Sunday, March 17, 2024 – Fifth Sunday of Lent – Day 33

March 17, 2024

I think one of the challenges many may be experiencing this week is a maturing understanding of practicing prayer in our lives. For many, we have matured to a certain age level in life and think we have arrived. I can’t imagine my prayer life is the same level it was when I was ordained forty-two years ago. Today, Michael White and Tom Corcoran show us a more more mature and developed understanding of Supplication. In short, they define supplication as “the act of asking or begging for something earnestly and humbly.”

The example Tom Corcoran shares about a parishioner is consistent with many faith communities including CCHS. Many of us have witnessed supplication prayers that have resulted in results clearly in line with God’s will. 

There was a parishioner at CCHS diagnosed with a terminal illness. Throughout the challenges of the illness progression, she prayed a very powerful prayer of supplication: “Your will be done.” The prayer was earnest, humble, open to God’s will and faith filled. I pray my supplications are as earnest and faith filled too. I can only imagine how God welcomed her home.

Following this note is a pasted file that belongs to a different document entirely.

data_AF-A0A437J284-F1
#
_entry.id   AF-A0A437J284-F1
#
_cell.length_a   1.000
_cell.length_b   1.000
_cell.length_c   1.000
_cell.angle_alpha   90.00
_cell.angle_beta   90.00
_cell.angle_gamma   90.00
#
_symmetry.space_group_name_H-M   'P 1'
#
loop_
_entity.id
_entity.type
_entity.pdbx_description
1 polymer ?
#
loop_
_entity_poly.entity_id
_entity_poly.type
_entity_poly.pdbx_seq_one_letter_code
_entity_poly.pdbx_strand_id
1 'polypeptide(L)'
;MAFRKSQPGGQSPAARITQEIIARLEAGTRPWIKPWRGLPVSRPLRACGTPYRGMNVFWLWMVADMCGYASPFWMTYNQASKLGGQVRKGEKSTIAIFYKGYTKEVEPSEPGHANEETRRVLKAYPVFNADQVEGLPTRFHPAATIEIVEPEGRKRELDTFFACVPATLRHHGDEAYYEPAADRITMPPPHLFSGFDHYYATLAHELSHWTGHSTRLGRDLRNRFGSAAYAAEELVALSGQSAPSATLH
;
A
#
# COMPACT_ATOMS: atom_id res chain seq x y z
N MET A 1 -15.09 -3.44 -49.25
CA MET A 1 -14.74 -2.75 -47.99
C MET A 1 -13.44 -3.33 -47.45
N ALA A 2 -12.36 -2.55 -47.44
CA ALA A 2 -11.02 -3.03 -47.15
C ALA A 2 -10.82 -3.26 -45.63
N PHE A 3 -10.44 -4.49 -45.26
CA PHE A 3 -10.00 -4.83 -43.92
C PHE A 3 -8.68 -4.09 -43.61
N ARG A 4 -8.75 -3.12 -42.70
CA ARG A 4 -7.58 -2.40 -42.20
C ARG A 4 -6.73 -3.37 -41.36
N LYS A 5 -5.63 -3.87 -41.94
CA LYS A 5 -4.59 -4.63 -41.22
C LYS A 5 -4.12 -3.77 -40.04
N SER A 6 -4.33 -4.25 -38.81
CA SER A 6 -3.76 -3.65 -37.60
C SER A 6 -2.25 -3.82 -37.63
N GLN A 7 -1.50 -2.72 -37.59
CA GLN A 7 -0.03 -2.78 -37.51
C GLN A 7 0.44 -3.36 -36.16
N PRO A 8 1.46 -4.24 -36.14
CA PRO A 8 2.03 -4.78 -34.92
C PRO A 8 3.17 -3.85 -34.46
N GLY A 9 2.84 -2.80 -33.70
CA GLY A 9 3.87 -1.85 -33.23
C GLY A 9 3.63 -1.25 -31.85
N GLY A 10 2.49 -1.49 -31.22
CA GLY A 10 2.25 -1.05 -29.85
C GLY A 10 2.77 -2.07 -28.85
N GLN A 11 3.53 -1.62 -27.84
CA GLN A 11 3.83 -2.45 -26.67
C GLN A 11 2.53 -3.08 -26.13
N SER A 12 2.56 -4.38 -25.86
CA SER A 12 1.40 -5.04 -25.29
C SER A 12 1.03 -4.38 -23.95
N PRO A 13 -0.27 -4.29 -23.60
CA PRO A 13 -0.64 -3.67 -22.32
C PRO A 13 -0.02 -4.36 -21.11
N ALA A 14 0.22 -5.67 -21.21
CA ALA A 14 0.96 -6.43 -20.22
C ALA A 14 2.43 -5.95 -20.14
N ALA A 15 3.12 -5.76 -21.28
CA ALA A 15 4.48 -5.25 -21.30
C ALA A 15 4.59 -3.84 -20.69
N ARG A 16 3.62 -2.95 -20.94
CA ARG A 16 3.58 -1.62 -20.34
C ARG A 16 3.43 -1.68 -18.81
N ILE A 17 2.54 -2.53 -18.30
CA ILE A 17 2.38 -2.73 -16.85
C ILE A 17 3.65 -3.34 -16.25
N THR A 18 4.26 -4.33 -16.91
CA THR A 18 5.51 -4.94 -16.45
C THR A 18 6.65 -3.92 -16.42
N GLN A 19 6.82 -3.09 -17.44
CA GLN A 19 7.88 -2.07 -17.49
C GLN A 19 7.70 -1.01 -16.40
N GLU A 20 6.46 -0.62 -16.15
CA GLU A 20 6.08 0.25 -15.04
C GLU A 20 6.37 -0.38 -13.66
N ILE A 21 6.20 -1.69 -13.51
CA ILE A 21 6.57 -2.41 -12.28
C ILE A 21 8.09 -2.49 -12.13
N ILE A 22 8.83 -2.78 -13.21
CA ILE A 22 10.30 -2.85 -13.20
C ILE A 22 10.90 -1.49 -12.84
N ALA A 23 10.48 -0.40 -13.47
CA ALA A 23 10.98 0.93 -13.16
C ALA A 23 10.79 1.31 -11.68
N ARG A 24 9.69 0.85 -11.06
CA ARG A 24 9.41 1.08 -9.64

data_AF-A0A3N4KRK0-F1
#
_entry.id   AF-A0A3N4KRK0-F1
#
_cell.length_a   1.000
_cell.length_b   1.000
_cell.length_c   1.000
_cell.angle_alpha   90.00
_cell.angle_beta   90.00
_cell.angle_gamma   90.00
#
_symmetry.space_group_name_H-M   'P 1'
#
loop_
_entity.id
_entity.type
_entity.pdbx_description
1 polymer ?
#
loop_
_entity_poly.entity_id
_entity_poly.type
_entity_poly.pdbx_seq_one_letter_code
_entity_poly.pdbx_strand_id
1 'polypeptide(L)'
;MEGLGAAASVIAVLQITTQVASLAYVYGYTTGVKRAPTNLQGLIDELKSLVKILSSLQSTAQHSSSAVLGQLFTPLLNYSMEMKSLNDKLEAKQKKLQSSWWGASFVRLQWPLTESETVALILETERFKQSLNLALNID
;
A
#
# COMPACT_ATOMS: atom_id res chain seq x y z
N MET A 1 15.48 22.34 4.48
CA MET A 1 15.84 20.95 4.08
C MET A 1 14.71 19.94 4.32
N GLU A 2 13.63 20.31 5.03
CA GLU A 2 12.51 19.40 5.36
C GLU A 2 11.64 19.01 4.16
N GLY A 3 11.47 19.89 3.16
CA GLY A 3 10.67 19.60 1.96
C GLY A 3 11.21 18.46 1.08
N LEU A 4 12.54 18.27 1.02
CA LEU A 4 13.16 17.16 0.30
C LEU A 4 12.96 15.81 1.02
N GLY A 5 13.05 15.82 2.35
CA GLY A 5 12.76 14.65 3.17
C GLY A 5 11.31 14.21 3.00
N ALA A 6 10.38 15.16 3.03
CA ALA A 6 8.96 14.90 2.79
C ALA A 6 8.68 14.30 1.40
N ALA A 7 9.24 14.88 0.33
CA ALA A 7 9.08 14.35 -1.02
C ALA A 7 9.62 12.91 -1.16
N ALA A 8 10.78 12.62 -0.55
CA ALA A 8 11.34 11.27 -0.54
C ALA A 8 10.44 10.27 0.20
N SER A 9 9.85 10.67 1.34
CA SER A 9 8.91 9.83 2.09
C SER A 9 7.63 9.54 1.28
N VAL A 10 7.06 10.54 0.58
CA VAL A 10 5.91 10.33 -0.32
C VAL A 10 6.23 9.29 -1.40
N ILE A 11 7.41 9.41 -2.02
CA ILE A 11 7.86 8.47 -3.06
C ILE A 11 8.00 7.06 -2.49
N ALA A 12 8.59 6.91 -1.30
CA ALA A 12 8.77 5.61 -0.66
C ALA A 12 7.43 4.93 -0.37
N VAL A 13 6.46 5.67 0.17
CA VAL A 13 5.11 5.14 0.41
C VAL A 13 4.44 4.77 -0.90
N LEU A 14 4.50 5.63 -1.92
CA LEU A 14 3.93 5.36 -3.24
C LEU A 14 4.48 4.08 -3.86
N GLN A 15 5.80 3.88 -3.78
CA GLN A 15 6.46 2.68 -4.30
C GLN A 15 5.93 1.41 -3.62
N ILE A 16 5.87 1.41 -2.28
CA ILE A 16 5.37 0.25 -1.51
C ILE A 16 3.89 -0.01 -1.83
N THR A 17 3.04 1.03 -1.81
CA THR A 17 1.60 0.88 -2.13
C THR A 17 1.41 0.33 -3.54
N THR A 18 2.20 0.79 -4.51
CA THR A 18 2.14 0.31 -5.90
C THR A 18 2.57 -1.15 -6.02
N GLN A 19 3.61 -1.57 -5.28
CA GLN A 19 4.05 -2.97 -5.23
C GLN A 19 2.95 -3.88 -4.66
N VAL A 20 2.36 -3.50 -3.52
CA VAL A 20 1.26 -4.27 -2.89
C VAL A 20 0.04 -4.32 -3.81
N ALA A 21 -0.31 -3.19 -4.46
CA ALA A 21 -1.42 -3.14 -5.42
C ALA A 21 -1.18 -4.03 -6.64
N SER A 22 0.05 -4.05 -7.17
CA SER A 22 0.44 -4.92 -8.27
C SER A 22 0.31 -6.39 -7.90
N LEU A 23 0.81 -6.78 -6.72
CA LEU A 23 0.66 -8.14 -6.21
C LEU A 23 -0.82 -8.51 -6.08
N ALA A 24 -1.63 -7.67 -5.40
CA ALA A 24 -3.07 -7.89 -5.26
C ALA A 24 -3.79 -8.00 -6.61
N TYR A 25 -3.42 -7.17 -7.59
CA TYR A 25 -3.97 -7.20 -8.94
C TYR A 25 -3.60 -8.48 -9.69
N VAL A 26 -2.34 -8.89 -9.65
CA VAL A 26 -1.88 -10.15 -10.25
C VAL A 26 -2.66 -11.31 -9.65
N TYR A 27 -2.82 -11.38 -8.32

Michael White and Tom Corcoran offer these reflection questions today:

When have you been disappointed that prayer did not seem to make a difference? 

Have you ever experienced a clear answer to prayer? If so, what was it?

What can you specifically pray for today?

The authors advise us to pray with specifics when offering a prayer of supplication. Probably, for me, the prayer the seems to be elusive or disappointing is prayer for peace in our nation and world. I observe leaders who seem to be filled with hate and prone to violence. There are dark angels battling good. How do I get more specific when the need is so broad?  Maybe I should focus on different aspects with more specificity. 

Ten years ago, after seven years leading the difficult merge of two parishes at the Jersey shore, I was bruised and tired. During and after the merge, there seemed to be a real detachment of the experience from the Gospel. I needed a spiritual and intellectual recharge. I brought it to prayer and discerned my options with some advisors. My prayer was answered. After some candid conversation with my superiors, I was offered a sabbatical. I spent the next year at Catholic Theological Union in Chicago and travel to Rome and Paris!  Recharge! My prayer was answered. God’s will be done. 

I will pray today for my great nephew. In his thirties, he is being treated for cancer that has spread to his lungs. He’s a good man bearing a tremendous cross. Like the CCHS parishioner, I will pray for God to make my great nephew’s cross bearable, and God’s will be done. 

Happy Saint Patrick’s Day!